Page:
Pre-production T-50 and initial production batches of the Su-57 were to use interim engines, a pair of NPO Saturn izdeliye 117, or AL-41F1. Closely related to the Saturn 117S engine used by the Su-35S, the 117 engine is a highly improved and uprated variant of the AL-31 that powers the Su-27 family of aircraft. The 117 engine produces 93.1 kN (21,000 lbf) of dry thrust, 147.1 kN (33,067 lbf) of thrust in afterburner, and has a thrust to weight ratio of 10.5:1. The engines have full authority digital engine control (FADEC) and are integrated into the flight control system to facilitate maneuverability and handling.
The two 117 engines incorporate thrust vectoring (TVC) nozzles whose rotational axes are each canted at an angle, similar to the nozzle arrangement of the Su-35S. This configuration allows the aircraft to produce thrust vectoring moments about all three rotational axes, pitch, yaw and roll. Thrust vectoring nozzles themselves operate in only one plane; the canting allows the aircraft to produce both roll and yaw by vectoring each engine nozzle differently. The engine inlet incorporates variable intake ramps for increased supersonic efficiency and retractable mesh screens to prevent foreign object debris being ingested that would cause engine damage. The 117 engine is to also incorporate infrared and RCS reduction measures. In 2014, the Indian Air Force openly expressed concerns over the reliability and performance of the 117 engines; during the 2011 Moscow Air Show, a T-50 suffered a compressor stall that forced the aircraft to abort takeoff.
The T-50 prototype has two tandem main internal weapon bays each approximately 4.6 m (15.1 ft) long and 1.0 m (3.3 ft) wide and two small triangular-section weapon bays that protrude under the fuselage near the wing root. Vympel was developing two ejection launchers for the main bays: the UVKU-50L for missiles weighing up to 300 kg (660 lb) and the UVKU-50U for ordnance weighing up to 700 kg (1,500 lb).
The main bays can also accommodate air-to-ground missiles as well as multiple 250 kg (550 lb) KAB-250 or 500 kg (1,100 lb) KAB-500 precision guided bombs. For missions that do not require stealth, the Su-57 can carry stores on its six external hardpoints.
The aircraft has an internally mounted 9A1-4071K (GSh-30-1) 30 mm cannon near the right LEVCON root. The cannon has a 50 kg weight, and can fire up to 1,800 rounds per minute. The cannon can fire blast-fragmentation, incendiary and armor-piercing tracer rounds and is effective against even lightly armored ground, sea and aerial target up to 800 m for aerial target and 1,800 m for ground target. The cannon is equipped with autonomous water cooling system, where water inside barrel jacket vaporized during operation.
The aircraft canopy is made of composite material and 70-90 nm thick metal oxide layers with enhanced radar wave absorbing to minimize the radar return of the cockpit by 30% and protect the pilot from the impact of ultraviolet and thermal radiation.
The Su-57 has a glass cockpit with two 38 cm (15 in) main multi-functional LCD displays similar to the arrangement of the Su-35S. Positioned around the cockpit are three smaller control panel displays. The cockpit has a wide-angle (30° by 22°) head-up display (HUD). Primary controls are the joystick and a pair of throttles. The aircraft uses a two-piece canopy, with the aft section sliding forward and locking into place. The canopy is treated with special coatings to increase the aircraft's stealth.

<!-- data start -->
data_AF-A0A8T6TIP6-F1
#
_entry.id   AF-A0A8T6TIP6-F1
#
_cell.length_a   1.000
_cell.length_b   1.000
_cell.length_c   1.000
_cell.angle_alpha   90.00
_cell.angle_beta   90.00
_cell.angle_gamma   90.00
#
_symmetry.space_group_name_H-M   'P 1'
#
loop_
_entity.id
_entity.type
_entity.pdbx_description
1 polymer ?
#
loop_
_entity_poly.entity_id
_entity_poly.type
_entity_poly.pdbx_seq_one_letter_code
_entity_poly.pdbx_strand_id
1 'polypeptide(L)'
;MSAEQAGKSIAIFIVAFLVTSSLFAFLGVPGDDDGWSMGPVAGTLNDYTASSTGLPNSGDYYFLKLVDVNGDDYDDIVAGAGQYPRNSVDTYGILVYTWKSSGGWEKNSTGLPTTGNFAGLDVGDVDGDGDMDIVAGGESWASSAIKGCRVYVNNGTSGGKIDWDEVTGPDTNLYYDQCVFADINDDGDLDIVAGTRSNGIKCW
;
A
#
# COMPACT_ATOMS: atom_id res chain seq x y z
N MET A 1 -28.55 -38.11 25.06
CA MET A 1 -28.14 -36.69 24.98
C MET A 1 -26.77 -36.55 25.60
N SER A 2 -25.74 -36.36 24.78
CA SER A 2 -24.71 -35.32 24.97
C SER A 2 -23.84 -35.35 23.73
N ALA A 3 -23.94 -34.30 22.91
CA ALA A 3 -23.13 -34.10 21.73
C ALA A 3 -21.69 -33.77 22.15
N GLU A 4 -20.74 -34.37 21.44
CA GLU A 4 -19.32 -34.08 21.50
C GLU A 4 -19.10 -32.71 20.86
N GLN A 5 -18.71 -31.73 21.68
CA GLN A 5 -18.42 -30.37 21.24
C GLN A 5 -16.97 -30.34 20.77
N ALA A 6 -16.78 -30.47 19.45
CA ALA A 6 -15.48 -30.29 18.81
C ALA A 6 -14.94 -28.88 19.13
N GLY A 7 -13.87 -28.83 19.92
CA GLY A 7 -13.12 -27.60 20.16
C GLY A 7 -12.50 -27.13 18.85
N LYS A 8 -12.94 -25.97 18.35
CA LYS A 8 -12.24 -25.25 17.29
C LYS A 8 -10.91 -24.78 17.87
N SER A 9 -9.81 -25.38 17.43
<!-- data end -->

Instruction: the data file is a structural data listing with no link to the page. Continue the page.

The Su-57 employs the NPP Zvezda K-36D-5 ejection seat and the SOZhE-50 life support system, which comprises the anti-g and oxygen generating system. The 30 kg (66 lb) oxygen generating system will provide the pilot with unlimited oxygen supply. The life support system will enable pilots to perform 9-g maneuvers for up to 30 seconds at a time, and the new VKK-17 partial pressure suit will allow safe ejection at altitudes of up to 23,000 m (75,000 ft). In November 2018, the system is said to be at the final stage of test -the stage of state flight tests- and the test pilots are already flying in this equipment. The pilot gear also consisted of a digital helmet which connected to on-board photo and video cameras to improve pilot's situational awareness. It also features pupil's movement detection system to allow automatic targeting unlike previous Soviet fighters. There also a survival kit consisting a pan, antenna, signal mirror, 16 cubes of sugar, first aid kit, two match boxes, a signal pistol with charges, 1.5-liter bottle of water, machete knife, radio beacon, and portable radio. The pilot could use the survival kit's container as a boat or water-proof sleeping bag if necessary.
The main avionics systems are the Sh121 multifunctional integrated radio electronic system (MIRES) and the 101KS Atoll electro-optical system.
The Sh121 consists of the N036 Byelka radar system and L402 Himalayas electronic countermeasures system.
On 8 August 2007, Russian Air Force Commander-in-Chief (CinC) Alexander Zelin was quoted by Russian news agencies that the programme's development stage was complete and construction of the first aircraft for flight testing would begin, and that by 2009 there would be three fifth-generation aircraft ready. The prototype's maiden flight was repeatedly postponed from early 2007 after encountering unspecified technical problems. In August 2009, Alexander Zelin acknowledged that problems with the engine and in technical research remained unsolved. In 2009, the aircraft's design was officially approved. The fighter is designed to have supercruise, supermaneuverability, stealth, and advanced avionics to overcome the prior generation fighter aircraft as well as ground and naval defences. The Su-57 is intended to succeed the MiG-29 and Su-27 in the Russian Air Force. On 28 February 2009, Mikhail Pogosyan announced that the air-frame was almost finished and that the first prototype should be ready by August 2009. On 20 August 2009, Pogosyan said that the first flight would be by year's end. Konstantin Makiyenko, deputy head of the Moscow-based Centre for Analysis of Strategies and Technologies said that "even with delays", the aircraft would likely make its first flight by January or February, adding that it would take five to ten years for commercial production.